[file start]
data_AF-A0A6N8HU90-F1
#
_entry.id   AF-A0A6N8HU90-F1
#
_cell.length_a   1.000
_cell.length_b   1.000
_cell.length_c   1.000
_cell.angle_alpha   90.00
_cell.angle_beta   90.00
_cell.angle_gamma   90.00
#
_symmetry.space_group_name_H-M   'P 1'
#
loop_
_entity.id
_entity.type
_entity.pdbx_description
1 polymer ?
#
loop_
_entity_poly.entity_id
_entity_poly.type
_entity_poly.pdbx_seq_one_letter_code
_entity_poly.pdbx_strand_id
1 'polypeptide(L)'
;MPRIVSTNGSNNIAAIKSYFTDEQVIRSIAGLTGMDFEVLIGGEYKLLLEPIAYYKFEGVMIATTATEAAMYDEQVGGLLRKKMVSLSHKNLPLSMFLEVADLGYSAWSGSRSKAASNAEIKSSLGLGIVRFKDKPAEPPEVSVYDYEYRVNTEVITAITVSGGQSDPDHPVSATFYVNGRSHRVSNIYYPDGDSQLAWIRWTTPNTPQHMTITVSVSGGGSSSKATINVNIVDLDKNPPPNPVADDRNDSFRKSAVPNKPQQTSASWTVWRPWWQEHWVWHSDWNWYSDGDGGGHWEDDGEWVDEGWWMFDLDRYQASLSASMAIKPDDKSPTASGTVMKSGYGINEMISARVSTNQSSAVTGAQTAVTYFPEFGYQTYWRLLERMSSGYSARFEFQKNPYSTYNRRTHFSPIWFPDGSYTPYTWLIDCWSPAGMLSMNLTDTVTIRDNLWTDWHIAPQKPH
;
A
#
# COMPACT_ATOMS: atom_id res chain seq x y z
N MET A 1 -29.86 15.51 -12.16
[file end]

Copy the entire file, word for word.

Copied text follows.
data_AF-A0A6N8HU90-F1
#
_entry.id   AF-A0A6N8HU90-F1
#
_cell.length_a   1.000
_cell.length_b   1.000
_cell.length_c   1.000
_cell.angle_alpha   90.00
_cell.angle_beta   90.00
_cell.angle_gamma   90.00
#
_symmetry.space_group_name_H-M   'P 1'
#
loop_
_entity.id
_entity.type
_entity.pdbx_description
1 polymer ?
#
loop_
_entity_poly.entity_id
_entity_poly.type
_entity_poly.pdbx_seq_one_letter_code
_entity_poly.pdbx_strand_id
1 'polypeptide(L)'
;MPRIVSTNGSNNIAAIKSYFTDEQVIRSIAGLTGMDFEVLIGGEYKLLLEPIAYYKFEGVMIATTATEAAMYDEQVGGLLRKKMVSLSHKNLPLSMFLEVADLGYSAWSGSRSKAASNAEIKSSLGLGIVRFKDKPAEPPEVSVYDYEYRVNTEVITAITVSGGQSDPDHPVSATFYVNGRSHRVSNIYYPDGDSQLAWIRWTTPNTPQHMTITVSVSGGGSSSKATINVNIVDLDKNPPPNPVADDRNDSFRKSAVPNKPQQTSASWTVWRPWWQEHWVWHSDWNWYSDGDGGGHWEDDGEWVDEGWWMFDLDRYQASLSASMAIKPDDKSPTASGTVMKSGYGINEMISARVSTNQSSAVTGAQTAVTYFPEFGYQTYWRLLERMSSGYSARFEFQKNPYSTYNRRTHFSPIWFPDGSYTPYTWLIDCWSPAGMLSMNLTDTVTIRDNLWTDWHIAPQKPH
;
A
#
# COMPACT_ATOMS: atom_id res chain seq x y z
N MET A 1 -29.86 15.51 -12.16